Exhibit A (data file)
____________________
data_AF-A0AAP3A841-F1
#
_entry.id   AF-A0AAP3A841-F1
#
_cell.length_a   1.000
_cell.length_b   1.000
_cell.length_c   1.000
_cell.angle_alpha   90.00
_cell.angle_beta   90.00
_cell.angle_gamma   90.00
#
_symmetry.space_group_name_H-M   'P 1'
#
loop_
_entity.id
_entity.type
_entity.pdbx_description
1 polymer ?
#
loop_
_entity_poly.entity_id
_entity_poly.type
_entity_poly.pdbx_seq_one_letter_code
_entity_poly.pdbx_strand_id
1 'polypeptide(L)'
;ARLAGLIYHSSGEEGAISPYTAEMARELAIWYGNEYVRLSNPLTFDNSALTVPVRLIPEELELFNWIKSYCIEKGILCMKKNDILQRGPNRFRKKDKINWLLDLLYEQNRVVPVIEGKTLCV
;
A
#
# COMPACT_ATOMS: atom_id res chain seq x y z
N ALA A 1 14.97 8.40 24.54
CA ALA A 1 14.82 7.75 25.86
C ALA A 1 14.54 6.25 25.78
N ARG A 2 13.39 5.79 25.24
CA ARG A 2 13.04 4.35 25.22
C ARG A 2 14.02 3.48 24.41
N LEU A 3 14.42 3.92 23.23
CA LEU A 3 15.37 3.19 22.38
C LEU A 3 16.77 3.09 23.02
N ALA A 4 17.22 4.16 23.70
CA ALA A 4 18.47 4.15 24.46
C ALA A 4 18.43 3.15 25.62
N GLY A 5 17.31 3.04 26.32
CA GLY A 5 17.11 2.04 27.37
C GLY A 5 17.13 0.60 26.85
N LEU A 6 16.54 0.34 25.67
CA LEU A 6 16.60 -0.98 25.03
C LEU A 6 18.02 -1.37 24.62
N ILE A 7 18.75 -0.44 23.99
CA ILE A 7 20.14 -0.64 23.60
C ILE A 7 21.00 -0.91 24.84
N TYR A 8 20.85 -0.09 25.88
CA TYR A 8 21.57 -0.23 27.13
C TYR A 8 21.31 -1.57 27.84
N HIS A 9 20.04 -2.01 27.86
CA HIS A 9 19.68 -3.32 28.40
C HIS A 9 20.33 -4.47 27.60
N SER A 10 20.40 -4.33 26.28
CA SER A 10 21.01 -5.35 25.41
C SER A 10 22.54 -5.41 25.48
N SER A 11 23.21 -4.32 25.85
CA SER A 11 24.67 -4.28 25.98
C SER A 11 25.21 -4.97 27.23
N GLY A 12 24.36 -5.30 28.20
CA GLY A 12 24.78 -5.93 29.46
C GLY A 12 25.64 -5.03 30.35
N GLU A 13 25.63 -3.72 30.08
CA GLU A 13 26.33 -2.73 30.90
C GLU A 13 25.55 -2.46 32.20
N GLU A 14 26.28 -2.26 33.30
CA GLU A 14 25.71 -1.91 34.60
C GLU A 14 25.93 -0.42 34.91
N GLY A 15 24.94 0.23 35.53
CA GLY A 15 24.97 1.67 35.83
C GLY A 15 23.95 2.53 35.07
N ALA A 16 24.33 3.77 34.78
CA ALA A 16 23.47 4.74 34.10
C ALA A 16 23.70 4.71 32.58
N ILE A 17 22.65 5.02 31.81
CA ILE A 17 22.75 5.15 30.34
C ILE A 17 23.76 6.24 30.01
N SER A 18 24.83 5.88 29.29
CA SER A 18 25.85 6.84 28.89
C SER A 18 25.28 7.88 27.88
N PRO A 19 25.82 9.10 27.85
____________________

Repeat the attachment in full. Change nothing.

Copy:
data_AF-A0AAP3A841-F1
#
_entry.id   AF-A0AAP3A841-F1
#
_cell.length_a   1.000
_cell.length_b   1.000
_cell.length_c   1.000
_cell.angle_alpha   90.00
_cell.angle_beta   90.00
_cell.angle_gamma   90.00
#
_symmetry.space_group_name_H-M   'P 1'
#
loop_
_entity.id
_entity.type
_entity.pdbx_description
1 polymer ?
#
loop_
_entity_poly.entity_id
_entity_poly.type
_entity_poly.pdbx_seq_one_letter_code
_entity_poly.pdbx_strand_id
1 'polypeptide(L)'
;ARLAGLIYHSSGEEGAISPYTAEMARELAIWYGNEYVRLSNPLTFDNSALTVPVRLIPEELELFNWIKSYCIEKGILCMKKNDILQRGPNRFRKKDKINWLLDLLYEQNRVVPVIEGKTLCV
;
A
#
# COMPACT_ATOMS: atom_id res chain seq x y z
N ALA A 1 14.97 8.40 24.54
CA ALA A 1 14.82 7.75 25.86
C ALA A 1 14.54 6.25 25.78
N ARG A 2 13.39 5.79 25.24
CA ARG A 2 13.04 4.35 25.22
C ARG A 2 14.02 3.48 24.41
N LEU A 3 14.42 3.92 23.23
CA LEU A 3 15.37 3.19 22.38
C LEU A 3 16.77 3.09 23.02
N ALA A 4 17.22 4.16 23.70
CA ALA A 4 18.47 4.15 24.46
C ALA A 4 18.43 3.15 25.62
N GLY A 5 17.31 3.04 26.32
CA GLY A 5 17.11 2.04 27.37
C GLY A 5 17.13 0.60 26.85
N LEU A 6 16.54 0.34 25.67
CA LEU A 6 16.60 -0.98 25.03
C LEU A 6 18.02 -1.37 24.62
N ILE A 7 18.75 -0.44 23.99
CA ILE A 7 20.14 -0.64 23.60
C ILE A 7 21.00 -0.91 24.84
N TYR A 8 20.85 -0.09 25.88
CA TYR A 8 21.57 -0.23 27.13
C TYR A 8 21.31 -1.57 27.84
N HIS A 9 20.04 -2.01 27.86
CA HIS A 9 19.68 -3.32 28.40
C HIS A 9 20.33 -4.47 27.60
N SER A 10 20.40 -4.33 26.28
CA SER A 10 21.01 -5.35 25.41
C SER A 10 22.54 -5.41 25.48
N SER A 11 23.21 -4.32 25.85
CA SER A 11 24.67 -4.28 25.98
C SER A 11 25.21 -4.97 27.23
N GLY A 12 24.36 -5.30 28.20
CA GLY A 12 24.78 -5.93 29.46
C GLY A 12 25.64 -5.03 30.35
N GLU A 13 25.63 -3.72 30.08
CA GLU A 13 26.33 -2.73 30.90
C GLU A 13 25.55 -2.46 32.20
N GLU A 14 26.28 -2.26 33.30
CA GLU A 14 25.71 -1.91 34.60
C GLU A 14 25.93 -0.42 34.91
N GLY A 15 24.94 0.23 35.53
CA GLY A 15 24.97 1.67 35.83
C GLY A 15 23.95 2.53 35.07
N ALA A 16 24.33 3.77 34.78
CA ALA A 16 23.47 4.74 34.10
C ALA A 16 23.70 4.71 32.58
N ILE A 17 22.65 5.02 31.81
CA ILE A 17 22.75 5.15 30.34
C ILE A 17 23.76 6.24 30.01
N SER A 18 24.83 5.88 29.29
CA SER A 18 25.85 6.84 28.89
C SER A 18 25.28 7.88 27.88
N PRO A 19 25.82 9.10 27.85